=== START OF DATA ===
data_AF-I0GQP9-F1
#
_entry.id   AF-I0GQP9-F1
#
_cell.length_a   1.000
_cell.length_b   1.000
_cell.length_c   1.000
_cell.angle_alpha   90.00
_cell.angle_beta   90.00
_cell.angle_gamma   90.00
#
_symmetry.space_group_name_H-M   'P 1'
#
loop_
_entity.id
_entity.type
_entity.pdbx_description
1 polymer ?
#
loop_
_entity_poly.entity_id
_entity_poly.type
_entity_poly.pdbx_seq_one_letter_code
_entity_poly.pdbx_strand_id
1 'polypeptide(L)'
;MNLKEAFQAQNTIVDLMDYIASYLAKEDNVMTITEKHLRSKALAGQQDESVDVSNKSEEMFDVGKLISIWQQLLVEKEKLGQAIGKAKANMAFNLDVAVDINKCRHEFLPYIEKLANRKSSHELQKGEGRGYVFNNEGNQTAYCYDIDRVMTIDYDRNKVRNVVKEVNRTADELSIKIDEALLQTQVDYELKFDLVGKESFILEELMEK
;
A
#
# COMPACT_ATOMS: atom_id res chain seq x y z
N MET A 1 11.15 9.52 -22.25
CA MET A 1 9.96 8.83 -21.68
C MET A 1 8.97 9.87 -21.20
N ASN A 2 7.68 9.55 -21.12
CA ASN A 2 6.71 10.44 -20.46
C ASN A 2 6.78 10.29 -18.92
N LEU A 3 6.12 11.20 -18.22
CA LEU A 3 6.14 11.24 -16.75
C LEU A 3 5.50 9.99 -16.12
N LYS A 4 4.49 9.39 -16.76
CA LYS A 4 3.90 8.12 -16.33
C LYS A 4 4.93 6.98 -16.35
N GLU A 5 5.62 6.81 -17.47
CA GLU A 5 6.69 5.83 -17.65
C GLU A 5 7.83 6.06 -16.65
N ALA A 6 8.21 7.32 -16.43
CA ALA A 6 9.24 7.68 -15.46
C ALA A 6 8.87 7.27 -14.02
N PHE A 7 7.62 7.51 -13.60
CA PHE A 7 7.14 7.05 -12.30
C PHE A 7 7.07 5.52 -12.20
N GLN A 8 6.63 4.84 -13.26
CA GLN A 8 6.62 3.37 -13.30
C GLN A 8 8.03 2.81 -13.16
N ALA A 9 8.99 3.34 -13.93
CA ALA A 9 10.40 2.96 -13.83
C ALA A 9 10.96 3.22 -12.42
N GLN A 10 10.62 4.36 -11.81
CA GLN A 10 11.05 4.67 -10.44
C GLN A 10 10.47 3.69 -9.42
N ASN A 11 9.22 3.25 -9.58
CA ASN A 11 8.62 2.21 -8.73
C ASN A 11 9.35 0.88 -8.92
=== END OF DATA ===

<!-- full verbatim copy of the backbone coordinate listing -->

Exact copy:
data_AF-I0GQP9-F1
#
_entry.id   AF-I0GQP9-F1
#
_cell.length_a   1.000
_cell.length_b   1.000
_cell.length_c   1.000
_cell.angle_alpha   90.00
_cell.angle_beta   90.00
_cell.angle_gamma   90.00
#
_symmetry.space_group_name_H-M   'P 1'
#
loop_
_entity.id
_entity.type
_entity.pdbx_description
1 polymer ?
#
loop_
_entity_poly.entity_id
_entity_poly.type
_entity_poly.pdbx_seq_one_letter_code
_entity_poly.pdbx_strand_id
1 'polypeptide(L)'
;MNLKEAFQAQNTIVDLMDYIASYLAKEDNVMTITEKHLRSKALAGQQDESVDVSNKSEEMFDVGKLISIWQQLLVEKEKLGQAIGKAKANMAFNLDVAVDINKCRHEFLPYIEKLANRKSSHELQKGEGRGYVFNNEGNQTAYCYDIDRVMTIDYDRNKVRNVVKEVNRTADELSIKIDEALLQTQVDYELKFDLVGKESFILEELMEK
;
A
#
# COMPACT_ATOMS: atom_id res chain seq x y z
N MET A 1 11.15 9.52 -22.25
CA MET A 1 9.96 8.83 -21.68
C MET A 1 8.97 9.87 -21.20
N ASN A 2 7.68 9.55 -21.12
CA ASN A 2 6.71 10.44 -20.46
C ASN A 2 6.78 10.29 -18.92
N LEU A 3 6.12 11.20 -18.22
CA LEU A 3 6.14 11.24 -16.75
C LEU A 3 5.50 9.99 -16.12
N LYS A 4 4.49 9.39 -16.76
CA LYS A 4 3.90 8.12 -16.33
C LYS A 4 4.93 6.98 -16.35
N GLU A 5 5.62 6.81 -17.47
CA GLU A 5 6.69 5.83 -17.65
C GLU A 5 7.83 6.06 -16.65
N ALA A 6 8.21 7.32 -16.43
CA ALA A 6 9.24 7.68 -15.46
C ALA A 6 8.87 7.27 -14.02
N PHE A 7 7.62 7.51 -13.60
CA PHE A 7 7.14 7.05 -12.30
C PHE A 7 7.07 5.52 -12.20
N GLN A 8 6.63 4.84 -13.26
CA GLN A 8 6.62 3.37 -13.30
C GLN A 8 8.03 2.81 -13.16
N ALA A 9 8.99 3.34 -13.93
CA ALA A 9 10.40 2.96 -13.83
C ALA A 9 10.96 3.22 -12.42
N GLN A 10 10.62 4.36 -11.81
CA GLN A 10 11.05 4.67 -10.44
C GLN A 10 10.47 3.69 -9.42
N ASN A 11 9.22 3.25 -9.58
CA ASN A 11 8.62 2.21 -8.73
C ASN A 11 9.35 0.88 -8.92